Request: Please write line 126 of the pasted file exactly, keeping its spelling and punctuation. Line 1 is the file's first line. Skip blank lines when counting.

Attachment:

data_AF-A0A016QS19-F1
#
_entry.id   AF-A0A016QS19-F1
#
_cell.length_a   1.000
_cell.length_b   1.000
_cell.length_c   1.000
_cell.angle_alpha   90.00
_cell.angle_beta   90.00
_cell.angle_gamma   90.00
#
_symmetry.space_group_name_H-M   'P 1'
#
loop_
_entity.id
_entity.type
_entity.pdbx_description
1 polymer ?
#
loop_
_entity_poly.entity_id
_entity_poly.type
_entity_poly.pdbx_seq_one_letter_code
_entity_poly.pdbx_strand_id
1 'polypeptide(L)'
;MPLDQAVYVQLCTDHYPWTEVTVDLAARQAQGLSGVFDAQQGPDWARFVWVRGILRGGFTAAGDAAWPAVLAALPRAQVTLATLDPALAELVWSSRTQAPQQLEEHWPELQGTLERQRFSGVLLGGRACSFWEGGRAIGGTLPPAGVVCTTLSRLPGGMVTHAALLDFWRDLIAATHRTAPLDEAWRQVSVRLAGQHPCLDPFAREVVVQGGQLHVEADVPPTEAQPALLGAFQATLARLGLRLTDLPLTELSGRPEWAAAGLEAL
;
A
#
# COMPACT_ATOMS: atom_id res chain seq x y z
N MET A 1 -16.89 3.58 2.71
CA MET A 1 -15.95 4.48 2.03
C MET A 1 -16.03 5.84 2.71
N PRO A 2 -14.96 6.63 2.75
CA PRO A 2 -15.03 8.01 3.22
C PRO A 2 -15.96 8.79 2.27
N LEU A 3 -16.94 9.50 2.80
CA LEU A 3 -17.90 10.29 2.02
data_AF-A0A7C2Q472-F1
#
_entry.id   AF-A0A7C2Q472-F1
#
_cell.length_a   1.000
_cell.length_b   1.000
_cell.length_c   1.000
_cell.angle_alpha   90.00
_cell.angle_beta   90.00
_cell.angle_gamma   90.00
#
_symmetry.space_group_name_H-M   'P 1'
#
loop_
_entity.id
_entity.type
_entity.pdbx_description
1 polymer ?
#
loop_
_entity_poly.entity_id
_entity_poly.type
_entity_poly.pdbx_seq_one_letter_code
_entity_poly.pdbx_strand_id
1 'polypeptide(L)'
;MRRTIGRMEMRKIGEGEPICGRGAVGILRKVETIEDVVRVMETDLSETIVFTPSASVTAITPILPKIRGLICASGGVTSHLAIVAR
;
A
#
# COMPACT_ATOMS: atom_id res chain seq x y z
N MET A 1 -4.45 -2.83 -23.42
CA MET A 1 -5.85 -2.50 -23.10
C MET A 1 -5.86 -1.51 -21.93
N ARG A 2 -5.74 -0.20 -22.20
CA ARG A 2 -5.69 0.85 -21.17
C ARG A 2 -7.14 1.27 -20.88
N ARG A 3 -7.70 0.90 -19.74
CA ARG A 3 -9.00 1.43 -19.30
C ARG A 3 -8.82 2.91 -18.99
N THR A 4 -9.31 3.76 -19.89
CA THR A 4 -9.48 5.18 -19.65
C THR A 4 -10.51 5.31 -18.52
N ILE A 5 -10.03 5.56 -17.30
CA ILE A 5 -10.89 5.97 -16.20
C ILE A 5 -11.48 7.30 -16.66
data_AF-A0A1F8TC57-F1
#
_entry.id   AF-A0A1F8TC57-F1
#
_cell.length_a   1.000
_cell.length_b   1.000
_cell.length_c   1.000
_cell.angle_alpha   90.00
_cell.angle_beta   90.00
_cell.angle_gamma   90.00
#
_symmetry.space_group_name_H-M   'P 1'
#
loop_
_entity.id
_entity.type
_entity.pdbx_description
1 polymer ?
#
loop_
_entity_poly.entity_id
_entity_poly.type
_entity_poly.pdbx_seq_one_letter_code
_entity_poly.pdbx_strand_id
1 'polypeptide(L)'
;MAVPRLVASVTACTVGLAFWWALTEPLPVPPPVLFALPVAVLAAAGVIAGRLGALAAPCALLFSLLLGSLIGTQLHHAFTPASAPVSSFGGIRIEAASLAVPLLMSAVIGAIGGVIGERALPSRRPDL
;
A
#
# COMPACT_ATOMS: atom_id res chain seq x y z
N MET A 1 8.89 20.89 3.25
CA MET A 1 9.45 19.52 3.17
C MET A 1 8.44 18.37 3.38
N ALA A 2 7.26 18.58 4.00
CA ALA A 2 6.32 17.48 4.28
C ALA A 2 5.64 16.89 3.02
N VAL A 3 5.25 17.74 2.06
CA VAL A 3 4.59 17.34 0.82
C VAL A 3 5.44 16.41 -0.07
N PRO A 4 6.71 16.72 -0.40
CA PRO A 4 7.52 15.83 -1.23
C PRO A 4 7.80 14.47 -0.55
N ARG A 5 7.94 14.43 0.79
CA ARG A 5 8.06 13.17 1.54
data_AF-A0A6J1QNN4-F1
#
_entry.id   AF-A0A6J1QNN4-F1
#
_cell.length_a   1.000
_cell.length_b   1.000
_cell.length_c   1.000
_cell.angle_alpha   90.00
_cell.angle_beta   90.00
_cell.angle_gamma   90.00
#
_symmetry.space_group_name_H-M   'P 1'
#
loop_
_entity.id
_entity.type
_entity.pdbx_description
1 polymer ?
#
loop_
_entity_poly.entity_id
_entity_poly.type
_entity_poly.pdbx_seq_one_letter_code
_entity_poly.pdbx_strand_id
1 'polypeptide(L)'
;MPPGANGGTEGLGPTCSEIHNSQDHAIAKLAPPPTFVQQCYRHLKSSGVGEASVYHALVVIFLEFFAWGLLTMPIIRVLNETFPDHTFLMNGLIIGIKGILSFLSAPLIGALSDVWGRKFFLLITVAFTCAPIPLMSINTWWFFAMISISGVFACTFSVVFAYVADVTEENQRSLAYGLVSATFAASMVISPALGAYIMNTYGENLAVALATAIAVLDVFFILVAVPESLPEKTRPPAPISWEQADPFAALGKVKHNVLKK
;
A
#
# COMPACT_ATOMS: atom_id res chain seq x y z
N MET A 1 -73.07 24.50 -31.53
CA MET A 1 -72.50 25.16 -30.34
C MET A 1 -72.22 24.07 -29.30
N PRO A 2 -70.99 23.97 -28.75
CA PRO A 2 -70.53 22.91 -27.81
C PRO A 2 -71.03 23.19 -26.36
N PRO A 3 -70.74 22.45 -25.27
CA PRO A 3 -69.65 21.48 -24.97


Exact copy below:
N ARG A 5 7.94 14.43 0.79